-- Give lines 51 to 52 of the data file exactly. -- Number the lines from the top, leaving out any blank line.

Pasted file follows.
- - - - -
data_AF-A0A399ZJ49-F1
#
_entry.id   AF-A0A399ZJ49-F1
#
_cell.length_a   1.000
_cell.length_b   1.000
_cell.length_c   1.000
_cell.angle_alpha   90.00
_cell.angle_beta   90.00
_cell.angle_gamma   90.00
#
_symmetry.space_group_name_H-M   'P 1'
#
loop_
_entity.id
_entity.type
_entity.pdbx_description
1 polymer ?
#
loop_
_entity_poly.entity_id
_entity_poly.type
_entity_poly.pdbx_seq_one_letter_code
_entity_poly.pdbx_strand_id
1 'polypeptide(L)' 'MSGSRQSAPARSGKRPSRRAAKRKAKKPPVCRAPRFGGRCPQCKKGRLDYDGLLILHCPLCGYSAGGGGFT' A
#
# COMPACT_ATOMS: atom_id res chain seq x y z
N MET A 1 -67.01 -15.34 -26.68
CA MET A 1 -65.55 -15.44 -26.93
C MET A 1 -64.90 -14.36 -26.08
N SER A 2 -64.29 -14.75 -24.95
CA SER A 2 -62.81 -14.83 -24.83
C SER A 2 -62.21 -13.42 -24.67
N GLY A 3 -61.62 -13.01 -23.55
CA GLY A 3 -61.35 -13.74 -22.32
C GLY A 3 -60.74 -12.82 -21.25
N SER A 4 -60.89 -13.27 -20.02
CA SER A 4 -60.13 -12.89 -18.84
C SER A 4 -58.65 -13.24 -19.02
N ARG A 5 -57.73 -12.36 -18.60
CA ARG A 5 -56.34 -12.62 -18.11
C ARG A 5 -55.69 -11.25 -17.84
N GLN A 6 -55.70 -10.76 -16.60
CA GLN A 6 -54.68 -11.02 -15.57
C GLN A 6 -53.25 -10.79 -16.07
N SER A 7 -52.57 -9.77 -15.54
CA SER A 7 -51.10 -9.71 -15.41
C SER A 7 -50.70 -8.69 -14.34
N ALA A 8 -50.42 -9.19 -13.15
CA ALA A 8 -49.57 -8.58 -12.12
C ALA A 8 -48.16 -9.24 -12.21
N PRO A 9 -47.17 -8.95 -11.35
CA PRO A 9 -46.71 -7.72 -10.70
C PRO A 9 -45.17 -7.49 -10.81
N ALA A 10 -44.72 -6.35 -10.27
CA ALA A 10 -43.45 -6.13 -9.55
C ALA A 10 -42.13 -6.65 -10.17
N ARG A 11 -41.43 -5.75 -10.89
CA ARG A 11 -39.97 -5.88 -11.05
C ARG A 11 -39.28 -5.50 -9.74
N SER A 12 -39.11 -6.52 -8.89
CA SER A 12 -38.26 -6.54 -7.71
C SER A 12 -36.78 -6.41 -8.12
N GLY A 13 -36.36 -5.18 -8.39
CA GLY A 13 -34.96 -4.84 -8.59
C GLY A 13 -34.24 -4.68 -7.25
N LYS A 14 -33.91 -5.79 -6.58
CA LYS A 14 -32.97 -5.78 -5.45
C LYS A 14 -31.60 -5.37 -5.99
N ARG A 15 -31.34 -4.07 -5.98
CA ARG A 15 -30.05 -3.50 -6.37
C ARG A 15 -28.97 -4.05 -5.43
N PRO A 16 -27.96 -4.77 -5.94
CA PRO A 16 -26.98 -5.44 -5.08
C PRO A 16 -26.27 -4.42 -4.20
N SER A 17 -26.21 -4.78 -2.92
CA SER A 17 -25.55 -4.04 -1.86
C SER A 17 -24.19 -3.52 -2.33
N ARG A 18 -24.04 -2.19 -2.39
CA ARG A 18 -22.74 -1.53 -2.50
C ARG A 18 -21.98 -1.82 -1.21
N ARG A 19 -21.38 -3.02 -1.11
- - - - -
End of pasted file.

C ALA A 8 -48.16 -9.24 -12.21
N PRO A 9 -47.17 -8.95 -11.35